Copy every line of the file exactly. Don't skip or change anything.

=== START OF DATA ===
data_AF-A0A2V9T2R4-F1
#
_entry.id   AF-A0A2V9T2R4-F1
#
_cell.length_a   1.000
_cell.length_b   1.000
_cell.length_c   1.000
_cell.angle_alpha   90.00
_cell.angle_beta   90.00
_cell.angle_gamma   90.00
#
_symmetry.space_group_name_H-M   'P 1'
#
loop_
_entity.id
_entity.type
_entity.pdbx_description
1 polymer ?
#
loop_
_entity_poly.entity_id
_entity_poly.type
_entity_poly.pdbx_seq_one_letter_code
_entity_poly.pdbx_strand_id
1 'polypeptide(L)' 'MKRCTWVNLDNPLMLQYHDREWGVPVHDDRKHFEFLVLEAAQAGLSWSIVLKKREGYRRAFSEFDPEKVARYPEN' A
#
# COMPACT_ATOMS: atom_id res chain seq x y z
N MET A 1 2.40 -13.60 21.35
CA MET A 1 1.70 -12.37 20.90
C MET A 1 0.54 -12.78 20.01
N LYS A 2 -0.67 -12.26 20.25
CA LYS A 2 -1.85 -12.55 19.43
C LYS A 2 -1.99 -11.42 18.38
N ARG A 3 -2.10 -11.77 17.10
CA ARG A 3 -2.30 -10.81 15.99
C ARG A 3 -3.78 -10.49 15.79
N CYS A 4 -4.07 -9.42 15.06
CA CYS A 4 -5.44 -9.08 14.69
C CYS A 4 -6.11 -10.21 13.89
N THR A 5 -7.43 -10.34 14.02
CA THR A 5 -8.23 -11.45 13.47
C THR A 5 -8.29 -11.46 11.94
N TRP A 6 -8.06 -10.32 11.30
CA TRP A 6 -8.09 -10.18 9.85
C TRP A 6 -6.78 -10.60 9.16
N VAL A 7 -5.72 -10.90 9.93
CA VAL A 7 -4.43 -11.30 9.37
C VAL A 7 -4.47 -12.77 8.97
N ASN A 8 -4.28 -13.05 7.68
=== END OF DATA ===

data_AF-A0A2V9T2R4-F1
#
_entry.id   AF-A0A2V9T2R4-F1
#
_cell.length_a   1.000
_cell.length_b   1.000
_cell.length_c   1.000
_cell.angle_alpha   90.00
_cell.angle_beta   90.00
_cell.angle_gamma   90.00
#
_symmetry.space_group_name_H-M   'P 1'
#
loop_
_entity.id
_entity.type
_entity.pdbx_description
1 polymer ?
#
loop_
_entity_poly.entity_id
_entity_poly.type
_entity_poly.pdbx_seq_one_letter_code
_entity_poly.pdbx_strand_id
1 'polypeptide(L)' 'MKRCTWVNLDNPLMLQYHDREWGVPVHDDRKHFEFLVLEAAQAGLSWSIVLKKREGYRRAFSEFDPEKVARYPEN' A
#
# COMPACT_ATOMS: atom_id res chain seq x y z
N MET A 1 2.40 -13.60 21.35
CA MET A 1 1.70 -12.37 20.90
C MET A 1 0.54 -12.78 20.01
N LYS A 2 -0.67 -12.26 20.25
CA LYS A 2 -1.85 -12.55 19.43
C LYS A 2 -1.99 -11.42 18.38
N ARG A 3 -2.10 -11.77 17.10
CA ARG A 3 -2.30 -10.81 15.99
C ARG A 3 -3.78 -10.49 15.79
N CYS A 4 -4.07 -9.42 15.06
CA CYS A 4 -5.44 -9.08 14.69
C CYS A 4 -6.11 -10.21 13.89
N THR A 5 -7.43 -10.34 14.02
CA THR A 5 -8.23 -11.45 13.47
C THR A 5 -8.29 -11.46 11.94
N TRP A 6 -8.06 -10.32 11.30
CA TRP A 6 -8.09 -10.18 9.85
C TRP A 6 -6.78 -10.60 9.16
N VAL A 7 -5.72 -10.90 9.93
CA VAL A 7 -4.43 -11.30 9.37
C VAL A 7 -4.47 -12.77 8.97
N ASN A 8 -4.28 -13.05 7.68